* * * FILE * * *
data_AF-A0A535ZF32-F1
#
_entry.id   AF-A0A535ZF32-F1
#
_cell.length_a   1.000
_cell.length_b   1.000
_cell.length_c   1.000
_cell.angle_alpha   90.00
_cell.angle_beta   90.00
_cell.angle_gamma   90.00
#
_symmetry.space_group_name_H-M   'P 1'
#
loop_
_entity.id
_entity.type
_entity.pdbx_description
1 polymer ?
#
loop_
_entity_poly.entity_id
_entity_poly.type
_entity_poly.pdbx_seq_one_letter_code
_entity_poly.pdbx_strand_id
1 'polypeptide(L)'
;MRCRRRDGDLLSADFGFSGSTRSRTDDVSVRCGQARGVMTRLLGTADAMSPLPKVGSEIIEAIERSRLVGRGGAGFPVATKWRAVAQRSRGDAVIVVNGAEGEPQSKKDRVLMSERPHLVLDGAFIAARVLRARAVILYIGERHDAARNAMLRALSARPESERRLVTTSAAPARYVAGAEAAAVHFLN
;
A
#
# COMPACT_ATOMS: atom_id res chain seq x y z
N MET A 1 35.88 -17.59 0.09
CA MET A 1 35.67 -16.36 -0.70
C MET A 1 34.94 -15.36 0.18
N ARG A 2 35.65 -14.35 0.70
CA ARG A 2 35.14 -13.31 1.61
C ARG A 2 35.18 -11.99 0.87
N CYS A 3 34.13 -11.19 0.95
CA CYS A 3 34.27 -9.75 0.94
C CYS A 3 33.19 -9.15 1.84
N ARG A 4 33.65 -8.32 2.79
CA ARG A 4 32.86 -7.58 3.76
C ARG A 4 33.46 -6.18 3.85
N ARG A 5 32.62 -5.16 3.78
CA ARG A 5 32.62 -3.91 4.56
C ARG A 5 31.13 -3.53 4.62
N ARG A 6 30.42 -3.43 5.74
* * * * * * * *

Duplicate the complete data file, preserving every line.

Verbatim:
data_AF-A0A535ZF32-F1
#
_entry.id   AF-A0A535ZF32-F1
#
_cell.length_a   1.000
_cell.length_b   1.000
_cell.length_c   1.000
_cell.angle_alpha   90.00
_cell.angle_beta   90.00
_cell.angle_gamma   90.00
#
_symmetry.space_group_name_H-M   'P 1'
#
loop_
_entity.id
_entity.type
_entity.pdbx_description
1 polymer ?
#
loop_
_entity_poly.entity_id
_entity_poly.type
_entity_poly.pdbx_seq_one_letter_code
_entity_poly.pdbx_strand_id
1 'polypeptide(L)'
;MRCRRRDGDLLSADFGFSGSTRSRTDDVSVRCGQARGVMTRLLGTADAMSPLPKVGSEIIEAIERSRLVGRGGAGFPVATKWRAVAQRSRGDAVIVVNGAEGEPQSKKDRVLMSERPHLVLDGAFIAARVLRARAVILYIGERHDAARNAMLRALSARPESERRLVTTSAAPARYVAGAEAAAVHFLN
;
A
#
# COMPACT_ATOMS: atom_id res chain seq x y z
N MET A 1 35.88 -17.59 0.09
CA MET A 1 35.67 -16.36 -0.70
C MET A 1 34.94 -15.36 0.18
N ARG A 2 35.65 -14.35 0.70
CA ARG A 2 35.14 -13.31 1.61
C ARG A 2 35.18 -11.99 0.87
N CYS A 3 34.13 -11.19 0.95
CA CYS A 3 34.27 -9.75 0.94
C CYS A 3 33.19 -9.15 1.84
N ARG A 4 33.65 -8.32 2.79
CA ARG A 4 32.86 -7.58 3.76
C ARG A 4 33.46 -6.18 3.85
N ARG A 5 32.62 -5.16 3.78
CA ARG A 5 32.62 -3.91 4.56
C ARG A 5 31.13 -3.53 4.62
N ARG A 6 30.42 -3.43 5.74